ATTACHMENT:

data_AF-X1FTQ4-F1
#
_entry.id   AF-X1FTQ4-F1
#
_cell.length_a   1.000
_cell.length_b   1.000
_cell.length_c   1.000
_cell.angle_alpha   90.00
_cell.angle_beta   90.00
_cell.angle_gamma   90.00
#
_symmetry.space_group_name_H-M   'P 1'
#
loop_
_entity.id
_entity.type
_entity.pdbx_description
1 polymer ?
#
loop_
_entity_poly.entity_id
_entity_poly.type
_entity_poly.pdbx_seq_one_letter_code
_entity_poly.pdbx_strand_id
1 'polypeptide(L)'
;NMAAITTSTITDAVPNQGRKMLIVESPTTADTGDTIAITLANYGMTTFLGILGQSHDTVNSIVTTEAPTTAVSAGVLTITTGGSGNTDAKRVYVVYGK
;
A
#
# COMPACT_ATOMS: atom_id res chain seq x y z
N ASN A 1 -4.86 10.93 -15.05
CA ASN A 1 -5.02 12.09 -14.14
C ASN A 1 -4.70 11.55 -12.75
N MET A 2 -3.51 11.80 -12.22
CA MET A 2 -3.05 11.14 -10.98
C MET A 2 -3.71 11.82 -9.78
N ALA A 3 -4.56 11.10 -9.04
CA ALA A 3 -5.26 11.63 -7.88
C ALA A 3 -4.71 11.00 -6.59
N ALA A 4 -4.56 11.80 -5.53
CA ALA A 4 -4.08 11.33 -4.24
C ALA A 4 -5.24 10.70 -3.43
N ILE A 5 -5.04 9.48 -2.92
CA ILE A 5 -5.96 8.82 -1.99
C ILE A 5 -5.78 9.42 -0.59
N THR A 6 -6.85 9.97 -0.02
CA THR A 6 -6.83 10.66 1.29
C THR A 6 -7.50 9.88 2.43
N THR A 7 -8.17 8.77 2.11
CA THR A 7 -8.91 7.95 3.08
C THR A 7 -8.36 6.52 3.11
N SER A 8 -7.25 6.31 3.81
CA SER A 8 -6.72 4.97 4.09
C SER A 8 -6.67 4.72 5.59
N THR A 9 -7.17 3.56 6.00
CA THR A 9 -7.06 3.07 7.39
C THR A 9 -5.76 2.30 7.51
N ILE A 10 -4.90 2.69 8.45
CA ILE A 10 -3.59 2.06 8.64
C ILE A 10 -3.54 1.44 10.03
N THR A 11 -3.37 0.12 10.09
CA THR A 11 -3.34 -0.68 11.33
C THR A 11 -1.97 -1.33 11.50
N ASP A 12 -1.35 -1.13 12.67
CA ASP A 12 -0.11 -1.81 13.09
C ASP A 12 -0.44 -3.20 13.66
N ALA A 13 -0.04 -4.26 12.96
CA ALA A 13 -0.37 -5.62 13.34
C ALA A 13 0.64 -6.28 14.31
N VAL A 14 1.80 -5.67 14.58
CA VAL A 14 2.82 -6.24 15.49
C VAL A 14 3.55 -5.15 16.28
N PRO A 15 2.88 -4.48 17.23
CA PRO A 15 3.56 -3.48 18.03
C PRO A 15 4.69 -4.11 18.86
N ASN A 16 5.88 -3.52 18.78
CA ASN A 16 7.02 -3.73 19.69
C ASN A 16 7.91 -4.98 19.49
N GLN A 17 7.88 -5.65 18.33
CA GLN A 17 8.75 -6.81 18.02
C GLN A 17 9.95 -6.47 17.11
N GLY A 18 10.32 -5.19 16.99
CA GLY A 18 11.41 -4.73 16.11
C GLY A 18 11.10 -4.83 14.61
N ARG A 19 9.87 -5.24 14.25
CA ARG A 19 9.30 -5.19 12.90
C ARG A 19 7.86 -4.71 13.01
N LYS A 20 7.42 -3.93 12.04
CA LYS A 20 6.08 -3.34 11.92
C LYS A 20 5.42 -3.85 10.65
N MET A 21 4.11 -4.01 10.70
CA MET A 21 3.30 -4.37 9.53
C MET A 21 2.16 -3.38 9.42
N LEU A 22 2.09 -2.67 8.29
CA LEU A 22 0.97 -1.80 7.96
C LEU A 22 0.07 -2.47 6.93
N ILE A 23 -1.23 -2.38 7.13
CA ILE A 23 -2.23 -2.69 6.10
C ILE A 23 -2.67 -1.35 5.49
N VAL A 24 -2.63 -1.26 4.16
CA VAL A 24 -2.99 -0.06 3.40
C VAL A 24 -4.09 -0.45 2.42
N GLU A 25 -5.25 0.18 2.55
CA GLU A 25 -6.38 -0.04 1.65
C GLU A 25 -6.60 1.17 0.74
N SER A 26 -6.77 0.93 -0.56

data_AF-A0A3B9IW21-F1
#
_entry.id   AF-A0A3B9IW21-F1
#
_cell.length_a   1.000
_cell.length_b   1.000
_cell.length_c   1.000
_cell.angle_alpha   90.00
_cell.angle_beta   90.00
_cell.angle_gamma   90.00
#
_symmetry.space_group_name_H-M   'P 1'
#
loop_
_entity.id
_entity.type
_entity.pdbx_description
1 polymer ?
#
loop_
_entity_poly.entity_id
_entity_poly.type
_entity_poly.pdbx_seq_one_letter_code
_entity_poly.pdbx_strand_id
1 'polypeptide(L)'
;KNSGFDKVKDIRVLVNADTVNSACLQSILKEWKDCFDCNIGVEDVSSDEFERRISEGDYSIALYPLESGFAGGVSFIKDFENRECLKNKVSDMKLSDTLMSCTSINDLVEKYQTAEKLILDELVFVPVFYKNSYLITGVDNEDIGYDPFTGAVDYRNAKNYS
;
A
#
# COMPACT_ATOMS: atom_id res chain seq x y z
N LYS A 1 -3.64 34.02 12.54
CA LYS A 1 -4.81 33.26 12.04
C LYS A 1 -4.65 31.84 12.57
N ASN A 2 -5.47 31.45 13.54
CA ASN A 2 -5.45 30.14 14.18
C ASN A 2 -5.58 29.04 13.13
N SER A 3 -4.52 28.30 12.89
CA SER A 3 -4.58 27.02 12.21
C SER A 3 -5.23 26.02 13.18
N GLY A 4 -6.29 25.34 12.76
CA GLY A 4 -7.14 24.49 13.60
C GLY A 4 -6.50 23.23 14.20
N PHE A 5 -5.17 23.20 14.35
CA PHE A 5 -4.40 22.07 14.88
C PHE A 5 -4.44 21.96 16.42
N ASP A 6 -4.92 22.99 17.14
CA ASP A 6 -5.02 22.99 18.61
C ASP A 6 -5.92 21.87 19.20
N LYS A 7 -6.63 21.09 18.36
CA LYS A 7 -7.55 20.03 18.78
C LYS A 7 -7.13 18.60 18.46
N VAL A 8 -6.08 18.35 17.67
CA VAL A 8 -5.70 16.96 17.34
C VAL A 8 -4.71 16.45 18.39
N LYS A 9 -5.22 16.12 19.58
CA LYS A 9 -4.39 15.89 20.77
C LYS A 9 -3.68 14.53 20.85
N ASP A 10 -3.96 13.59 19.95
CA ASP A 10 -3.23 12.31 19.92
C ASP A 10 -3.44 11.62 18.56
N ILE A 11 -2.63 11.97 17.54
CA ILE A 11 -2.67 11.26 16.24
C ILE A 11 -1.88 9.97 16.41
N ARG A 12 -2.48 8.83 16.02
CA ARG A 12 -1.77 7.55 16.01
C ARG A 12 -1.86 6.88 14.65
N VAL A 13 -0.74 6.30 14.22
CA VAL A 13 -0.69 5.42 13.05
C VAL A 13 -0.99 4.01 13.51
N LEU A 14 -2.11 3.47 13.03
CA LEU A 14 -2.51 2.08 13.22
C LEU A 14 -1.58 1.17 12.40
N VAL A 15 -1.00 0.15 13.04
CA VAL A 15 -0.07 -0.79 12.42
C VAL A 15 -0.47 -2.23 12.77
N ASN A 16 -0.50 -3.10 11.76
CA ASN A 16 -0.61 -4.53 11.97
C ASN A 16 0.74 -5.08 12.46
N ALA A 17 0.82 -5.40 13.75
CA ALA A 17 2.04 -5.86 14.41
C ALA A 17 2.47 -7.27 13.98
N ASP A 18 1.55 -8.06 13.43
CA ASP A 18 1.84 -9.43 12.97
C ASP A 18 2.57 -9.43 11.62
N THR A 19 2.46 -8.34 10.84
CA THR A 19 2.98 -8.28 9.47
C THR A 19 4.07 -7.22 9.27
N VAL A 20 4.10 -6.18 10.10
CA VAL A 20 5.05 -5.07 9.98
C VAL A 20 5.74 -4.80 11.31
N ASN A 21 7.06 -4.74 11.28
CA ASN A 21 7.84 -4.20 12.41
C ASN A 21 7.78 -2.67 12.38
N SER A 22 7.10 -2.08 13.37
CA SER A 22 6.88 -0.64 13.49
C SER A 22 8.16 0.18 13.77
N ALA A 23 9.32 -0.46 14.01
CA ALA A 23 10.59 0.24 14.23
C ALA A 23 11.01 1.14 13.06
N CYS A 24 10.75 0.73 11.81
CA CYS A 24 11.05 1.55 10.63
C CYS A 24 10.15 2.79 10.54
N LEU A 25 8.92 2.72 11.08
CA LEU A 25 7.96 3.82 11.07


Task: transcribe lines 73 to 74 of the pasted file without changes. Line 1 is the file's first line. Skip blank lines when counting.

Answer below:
N PRO A 15 2.88 -4.48 17.23
CA PRO A 15 3.56 -3.48 18.03